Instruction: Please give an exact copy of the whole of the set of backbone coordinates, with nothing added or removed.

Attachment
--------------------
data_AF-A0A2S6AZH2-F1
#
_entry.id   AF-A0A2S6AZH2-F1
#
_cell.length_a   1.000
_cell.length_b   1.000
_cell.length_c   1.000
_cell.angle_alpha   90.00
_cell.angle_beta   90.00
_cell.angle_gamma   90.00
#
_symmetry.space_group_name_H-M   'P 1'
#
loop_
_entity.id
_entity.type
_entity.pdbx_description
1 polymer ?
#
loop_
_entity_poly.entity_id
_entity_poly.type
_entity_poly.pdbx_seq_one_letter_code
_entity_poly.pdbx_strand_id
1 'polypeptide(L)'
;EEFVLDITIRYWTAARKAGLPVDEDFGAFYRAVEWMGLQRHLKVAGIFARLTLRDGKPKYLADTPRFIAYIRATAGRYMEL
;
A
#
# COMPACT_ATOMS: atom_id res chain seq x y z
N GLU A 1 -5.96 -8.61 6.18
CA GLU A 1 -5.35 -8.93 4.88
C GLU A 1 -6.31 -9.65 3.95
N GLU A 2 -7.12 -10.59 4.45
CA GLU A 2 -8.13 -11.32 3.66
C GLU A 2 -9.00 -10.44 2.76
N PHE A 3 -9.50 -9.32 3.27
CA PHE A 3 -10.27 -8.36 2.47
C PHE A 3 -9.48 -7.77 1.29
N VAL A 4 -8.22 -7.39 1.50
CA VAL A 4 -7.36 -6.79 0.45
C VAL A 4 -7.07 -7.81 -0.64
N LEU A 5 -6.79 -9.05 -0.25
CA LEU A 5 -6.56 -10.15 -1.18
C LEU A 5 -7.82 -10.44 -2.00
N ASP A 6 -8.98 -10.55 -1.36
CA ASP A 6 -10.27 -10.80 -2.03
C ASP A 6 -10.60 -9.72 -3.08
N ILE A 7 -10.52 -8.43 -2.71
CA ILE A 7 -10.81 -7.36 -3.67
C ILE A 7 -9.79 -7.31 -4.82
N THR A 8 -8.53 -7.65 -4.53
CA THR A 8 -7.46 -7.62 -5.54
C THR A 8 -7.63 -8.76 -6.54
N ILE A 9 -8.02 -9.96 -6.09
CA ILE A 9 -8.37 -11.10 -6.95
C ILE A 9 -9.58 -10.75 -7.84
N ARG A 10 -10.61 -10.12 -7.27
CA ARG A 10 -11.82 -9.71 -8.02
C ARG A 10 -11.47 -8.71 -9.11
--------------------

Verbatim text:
data_AF-A0A2S6AZH2-F1
#
_entry.id   AF-A0A2S6AZH2-F1
#
_cell.length_a   1.000
_cell.length_b   1.000
_cell.length_c   1.000
_cell.angle_alpha   90.00
_cell.angle_beta   90.00
_cell.angle_gamma   90.00
#
_symmetry.space_group_name_H-M   'P 1'
#
loop_
_entity.id
_entity.type
_entity.pdbx_description
1 polymer ?
#
loop_
_entity_poly.entity_id
_entity_poly.type
_entity_poly.pdbx_seq_one_letter_code
_entity_poly.pdbx_strand_id
1 'polypeptide(L)'
;EEFVLDITIRYWTAARKAGLPVDEDFGAFYRAVEWMGLQRHLKVAGIFARLTLRDGKPKYLADTPRFIAYIRATAGRYMEL
;
A
#
# COMPACT_ATOMS: atom_id res chain seq x y z
N GLU A 1 -5.96 -8.61 6.18
CA GLU A 1 -5.35 -8.93 4.88
C GLU A 1 -6.31 -9.65 3.95
N GLU A 2 -7.12 -10.59 4.45
CA GLU A 2 -8.13 -11.32 3.66
C GLU A 2 -9.00 -10.44 2.76
N PHE A 3 -9.50 -9.32 3.27
CA PHE A 3 -10.27 -8.36 2.47
C PHE A 3 -9.48 -7.77 1.29
N VAL A 4 -8.22 -7.39 1.50
CA VAL A 4 -7.36 -6.79 0.45
C VAL A 4 -7.07 -7.81 -0.64
N LEU A 5 -6.79 -9.05 -0.25
CA LEU A 5 -6.56 -10.15 -1.18
C LEU A 5 -7.82 -10.44 -2.00
N ASP A 6 -8.98 -10.55 -1.36
CA ASP A 6 -10.27 -10.80 -2.03
C ASP A 6 -10.60 -9.72 -3.08
N ILE A 7 -10.52 -8.43 -2.71
CA ILE A 7 -10.81 -7.36 -3.67
C ILE A 7 -9.79 -7.31 -4.82
N THR A 8 -8.53 -7.65 -4.53
CA THR A 8 -7.46 -7.62 -5.54
C THR A 8 -7.63 -8.76 -6.54
N ILE A 9 -8.02 -9.96 -6.09
CA ILE A 9 -8.37 -11.10 -6.95
C ILE A 9 -9.58 -10.75 -7.84
N ARG A 10 -10.61 -10.12 -7.27
CA ARG A 10 -11.82 -9.71 -8.02
C ARG A 10 -11.47 -8.71 -9.11